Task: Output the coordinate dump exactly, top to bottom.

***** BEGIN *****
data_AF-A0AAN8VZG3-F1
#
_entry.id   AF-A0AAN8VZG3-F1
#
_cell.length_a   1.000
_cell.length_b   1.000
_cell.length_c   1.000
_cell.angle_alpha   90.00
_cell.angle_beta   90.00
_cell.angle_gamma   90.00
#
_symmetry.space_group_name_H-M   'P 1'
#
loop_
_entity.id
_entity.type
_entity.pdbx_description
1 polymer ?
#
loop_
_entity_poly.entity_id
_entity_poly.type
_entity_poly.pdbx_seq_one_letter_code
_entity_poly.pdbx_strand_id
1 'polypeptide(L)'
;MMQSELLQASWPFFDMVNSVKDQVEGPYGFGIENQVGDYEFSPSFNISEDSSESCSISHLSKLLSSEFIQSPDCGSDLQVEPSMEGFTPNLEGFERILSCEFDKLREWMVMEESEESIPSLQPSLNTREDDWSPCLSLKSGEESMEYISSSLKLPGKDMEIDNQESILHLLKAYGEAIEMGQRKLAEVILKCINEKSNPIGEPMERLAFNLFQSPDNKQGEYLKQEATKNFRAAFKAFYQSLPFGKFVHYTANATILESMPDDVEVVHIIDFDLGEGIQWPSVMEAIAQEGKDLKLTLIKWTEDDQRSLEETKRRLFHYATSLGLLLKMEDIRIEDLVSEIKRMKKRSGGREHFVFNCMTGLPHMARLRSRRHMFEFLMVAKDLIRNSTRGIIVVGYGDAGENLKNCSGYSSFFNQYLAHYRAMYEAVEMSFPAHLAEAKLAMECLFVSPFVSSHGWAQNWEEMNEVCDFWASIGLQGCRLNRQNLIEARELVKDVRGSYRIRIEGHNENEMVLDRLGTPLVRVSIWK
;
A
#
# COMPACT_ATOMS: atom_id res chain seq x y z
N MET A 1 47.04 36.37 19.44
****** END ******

data_AF-A0AAN8VZG3-F1
#
_entry.id   AF-A0AAN8VZG3-F1
#
_cell.length_a   1.000
_cell.length_b   1.000
_cell.length_c   1.000
_cell.angle_alpha   90.00
_cell.angle_beta   90.00
_cell.angle_gamma   90.00
#
_symmetry.space_group_name_H-M   'P 1'
#
loop_
_entity.id
_entity.type
_entity.pdbx_description
1 polymer ?
#
loop_
_entity_poly.entity_id
_entity_poly.type
_entity_poly.pdbx_seq_one_letter_code
_entity_poly.pdbx_strand_id
1 'polypeptide(L)'
;MMQSELLQASWPFFDMVNSVKDQVEGPYGFGIENQVGDYEFSPSFNISEDSSESCSISHLSKLLSSEFIQSPDCGSDLQVEPSMEGFTPNLEGFERILSCEFDKLREWMVMEESEESIPSLQPSLNTREDDWSPCLSLKSGEESMEYISSSLKLPGKDMEIDNQESILHLLKAYGEAIEMGQRKLAEVILKCINEKSNPIGEPMERLAFNLFQSPDNKQGEYLKQEATKNFRAAFKAFYQSLPFGKFVHYTANATILESMPDDVEVVHIIDFDLGEGIQWPSVMEAIAQEGKDLKLTLIKWTEDDQRSLEETKRRLFHYATSLGLLLKMEDIRIEDLVSEIKRMKKRSGGREHFVFNCMTGLPHMARLRSRRHMFEFLMVAKDLIRNSTRGIIVVGYGDAGENLKNCSGYSSFFNQYLAHYRAMYEAVEMSFPAHLAEAKLAMECLFVSPFVSSHGWAQNWEEMNEVCDFWASIGLQGCRLNRQNLIEARELVKDVRGSYRIRIEGHNENEMVLDRLGTPLVRVSIWK
;
A
#
# COMPACT_ATOMS: atom_id res chain seq x y z
N MET A 1 47.04 36.37 19.44